Digital Marketing Strategy for Manufacturers: The Ultimate Guide [2024]

Adam Smartschan

Partner & Chief Strategy Officer

Digital marketing has heavily influenced the buying behavior of B2B buyers. Before making a purchase, people tend to conduct online research about products and services. To meet this demand, all industries must adopt marketing strategies aimed at providing prospects with the information to make informed purchases.

A recent Databox report indicates that manufacturers are already attuned to this reality. They’re spending $1,803 on average each month on Google Ads alone. That’s a sizable number, particularly for smaller manufacturers. It suggests a high level of adoption of digital marketing tactics. However, it doesn’t say whether manufacturers have taken the time and effort to build out effective digital marketing strategies.

In this ultimate guide, we will explore the shift from traditional to modern digital marketing approaches within the manufacturing sector. We’ll look at when traditional marketing was effective, and how that can play into today’s digital reality. And we’ll explore several key digital marketing strategies that manufacturers can use to drive leads and grow their businesses.

Digital Marketing Strategy for Manufacturers

What’s In This Guide 

  • How Manufacturing Marketing Moved from Traditional to Digital
  • What Made Traditional Marketing Effective?
  • The Rise of Digital in the Buyer’s Journey
  • Inbound Marketing: A Vital Strategy
  • Why Digital Marketing is Essential Now
  • 10 High-Impact Digital Strategies for Manufacturers
  • The Future of Digital Marketing in Manufacturing
  • Frequently Asked Questions

How Manufacturing Marketing Moved from Traditional to Digital

For more than 100 years, manufacturing companies relied on traditional marketing methods to reach customers. These companies mostly used print ads in magazines and trade journals, direct mail and sales calls.

These methods helped spread the word about businesses. And they got results for decades!

Sales teams built relationships and made sales happen. Marketing played a smaller, supporting role to sales. This model worked well until the internet transformed how buyers research and find companies. Suddenly, traditional tactics weren’t as effective.

Digital marketing started accelerating around 2006. Search engine visits surged to about 6.4 billion each month. Then Web 2.0 allowed people to connect and share online.

Manufacturing marketers and advertisers wanted in on the action. They started using cookies to collect data about users and serve targeted ads. They bought search ads by the thousands. They leveraged social networks and purpose-built marketplaces like Thomasnet to capture potential buyers in the research phase.One major strategy was tracking browsing history to customize ads and content. Using cookies this way revolutionized how marketers collect data.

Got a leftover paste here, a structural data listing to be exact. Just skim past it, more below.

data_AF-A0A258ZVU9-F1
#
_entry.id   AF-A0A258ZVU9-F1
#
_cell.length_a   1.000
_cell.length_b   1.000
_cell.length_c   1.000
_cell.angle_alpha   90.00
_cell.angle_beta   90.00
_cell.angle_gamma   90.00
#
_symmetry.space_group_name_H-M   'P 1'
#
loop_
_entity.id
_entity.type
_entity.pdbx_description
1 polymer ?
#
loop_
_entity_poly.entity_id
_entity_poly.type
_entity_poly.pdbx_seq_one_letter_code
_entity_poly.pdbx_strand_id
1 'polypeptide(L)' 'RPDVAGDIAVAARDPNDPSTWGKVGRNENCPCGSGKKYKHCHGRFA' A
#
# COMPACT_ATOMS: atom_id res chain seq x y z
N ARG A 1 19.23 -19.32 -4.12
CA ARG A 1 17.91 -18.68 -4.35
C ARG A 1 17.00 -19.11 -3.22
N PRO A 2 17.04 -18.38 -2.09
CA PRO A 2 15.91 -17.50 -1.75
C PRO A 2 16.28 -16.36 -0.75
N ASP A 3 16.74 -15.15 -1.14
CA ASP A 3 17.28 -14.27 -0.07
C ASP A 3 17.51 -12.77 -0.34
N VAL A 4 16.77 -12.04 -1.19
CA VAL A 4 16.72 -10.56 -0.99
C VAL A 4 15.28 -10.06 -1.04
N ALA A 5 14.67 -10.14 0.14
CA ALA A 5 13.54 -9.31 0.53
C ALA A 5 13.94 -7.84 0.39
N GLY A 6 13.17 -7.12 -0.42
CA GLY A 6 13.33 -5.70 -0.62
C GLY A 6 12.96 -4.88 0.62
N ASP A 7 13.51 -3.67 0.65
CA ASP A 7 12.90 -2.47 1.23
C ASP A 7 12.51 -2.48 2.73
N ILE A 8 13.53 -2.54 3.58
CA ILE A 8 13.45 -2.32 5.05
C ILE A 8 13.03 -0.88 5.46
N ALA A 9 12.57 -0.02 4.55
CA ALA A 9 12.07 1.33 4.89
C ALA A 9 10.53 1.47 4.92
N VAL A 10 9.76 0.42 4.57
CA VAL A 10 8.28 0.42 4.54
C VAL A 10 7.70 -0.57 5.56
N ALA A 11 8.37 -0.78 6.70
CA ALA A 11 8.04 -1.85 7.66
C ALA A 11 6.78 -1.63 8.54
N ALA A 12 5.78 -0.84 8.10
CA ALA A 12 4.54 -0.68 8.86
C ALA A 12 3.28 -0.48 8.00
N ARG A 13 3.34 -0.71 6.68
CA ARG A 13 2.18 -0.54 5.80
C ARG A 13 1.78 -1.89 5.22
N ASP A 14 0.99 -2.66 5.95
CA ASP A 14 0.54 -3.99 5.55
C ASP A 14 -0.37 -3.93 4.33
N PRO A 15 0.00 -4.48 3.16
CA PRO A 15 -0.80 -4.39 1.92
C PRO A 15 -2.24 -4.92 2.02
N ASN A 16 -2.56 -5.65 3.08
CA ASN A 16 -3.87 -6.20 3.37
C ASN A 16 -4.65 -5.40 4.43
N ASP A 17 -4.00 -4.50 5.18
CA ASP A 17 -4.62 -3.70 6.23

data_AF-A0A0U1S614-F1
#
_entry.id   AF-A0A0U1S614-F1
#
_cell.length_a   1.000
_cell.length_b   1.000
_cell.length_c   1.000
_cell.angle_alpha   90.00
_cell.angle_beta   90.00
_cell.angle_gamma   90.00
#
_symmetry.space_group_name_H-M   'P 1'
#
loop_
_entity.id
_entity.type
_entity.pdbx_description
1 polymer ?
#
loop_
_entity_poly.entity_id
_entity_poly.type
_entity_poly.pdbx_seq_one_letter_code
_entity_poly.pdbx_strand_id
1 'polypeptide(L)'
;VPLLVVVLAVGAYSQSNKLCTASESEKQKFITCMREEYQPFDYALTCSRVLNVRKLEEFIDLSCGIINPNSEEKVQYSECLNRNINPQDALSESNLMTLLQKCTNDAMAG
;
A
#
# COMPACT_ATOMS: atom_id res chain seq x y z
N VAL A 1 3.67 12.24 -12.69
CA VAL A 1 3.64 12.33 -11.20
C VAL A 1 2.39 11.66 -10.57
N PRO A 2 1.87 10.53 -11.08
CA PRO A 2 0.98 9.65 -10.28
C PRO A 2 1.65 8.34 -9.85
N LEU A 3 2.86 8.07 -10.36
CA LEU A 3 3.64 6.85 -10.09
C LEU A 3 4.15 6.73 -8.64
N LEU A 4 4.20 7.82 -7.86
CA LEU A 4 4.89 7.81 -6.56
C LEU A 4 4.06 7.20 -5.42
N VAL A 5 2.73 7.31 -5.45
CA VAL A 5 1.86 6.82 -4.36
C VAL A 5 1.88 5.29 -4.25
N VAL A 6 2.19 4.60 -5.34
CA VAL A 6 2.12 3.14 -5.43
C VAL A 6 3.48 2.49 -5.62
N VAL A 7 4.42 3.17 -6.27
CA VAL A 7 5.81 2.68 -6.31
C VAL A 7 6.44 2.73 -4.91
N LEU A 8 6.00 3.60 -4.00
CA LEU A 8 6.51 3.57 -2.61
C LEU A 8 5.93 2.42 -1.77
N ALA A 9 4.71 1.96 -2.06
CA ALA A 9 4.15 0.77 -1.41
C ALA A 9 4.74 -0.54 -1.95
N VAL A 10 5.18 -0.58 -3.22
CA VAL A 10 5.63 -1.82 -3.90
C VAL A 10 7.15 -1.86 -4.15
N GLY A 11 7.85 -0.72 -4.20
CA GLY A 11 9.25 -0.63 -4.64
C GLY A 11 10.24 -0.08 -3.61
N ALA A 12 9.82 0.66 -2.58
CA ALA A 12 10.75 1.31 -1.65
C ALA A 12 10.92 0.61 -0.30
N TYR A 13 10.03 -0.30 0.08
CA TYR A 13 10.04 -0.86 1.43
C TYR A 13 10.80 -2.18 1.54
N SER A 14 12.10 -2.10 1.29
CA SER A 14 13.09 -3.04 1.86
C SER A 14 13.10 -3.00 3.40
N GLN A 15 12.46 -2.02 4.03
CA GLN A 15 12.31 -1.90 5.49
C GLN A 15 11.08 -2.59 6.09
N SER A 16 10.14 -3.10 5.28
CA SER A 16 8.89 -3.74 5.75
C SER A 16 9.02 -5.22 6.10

Some of it worked. Some if it didn’t. But successful strategies tended to harken back to what had worked for so long.

What Made Traditional Marketing Effective?

Let’s examine why traditional marketing strategies worked for so long in the manufacturing space:

  • TV and radio reach a huge audience. People trust what they see and hear.
  • Print ads are tangible. Buyers can hold and read them, making an impression.
  • Traditional marketing had less competition, especially for local companies.
  • Strategies like TV ads effectively create emotional connections to brands.

Marketers were trying (and often failing) to repeat these outcomes in a world that no longer supported the underlying methodologies. Manufacturers had to adapt – bringing trust, tangibility and emotional connections to a digital space.

The Rise of Digital in the Buyer’s Journey

The buyer’s journey starts when a problem is identified and ends with a purchase solving it. For manufacturing equipment or services, gathering data can be difficult. There’s just so much information out there, of varying quality and usefulness.

  • Supplier websites have detailed technical specifications and capabilities.
  • Some websites offer unbiased third-party reviews and feedback.
  • 3D models from online catalogs show specifications.
  • Search engines help find products and vendors nearby.
  • YouTube provides product demos, reviews and applications.
  • LinkedIn has groups and forums to discuss challenges.
  • Downloadable eBooks and blogs give tips and best practices.

The result is a level of confusion and diffuse activity by buyers. Savvy manufacturing marketers have learned to harness this by delivering the right information at the right time. This is the core of “inbound” marketing methodlogies.

Inbound Marketing: A Vital Strategy

Inbound marketing attracts customers by creating valuable, tailored content and experiences. Broad outreach can be unfocused and disruptive. Inbound concentrates on delivering value at every buyer interaction.

Manufacturers become trusted advisors by building relationships and delivering value. Inbound ensures brands can be easily found and contacted when solutions are needed.

Inbound marketing focuses on content, including blogs, eBooks, case studies, and assets addressing pressing buyer needs. Other inbound tactics include:

  • Search engine optimization (SEO)
  • Social media marketing
  • Email marketing
  • Paid advertising like PPC and social ads
  • Marketing automation
  • An optimized website experience

Basically, inbound seeks to answer prospects’ questions, then convert them to potential buyers. It builds on the trust that traditional marketing techniques built, but in a screen-first world.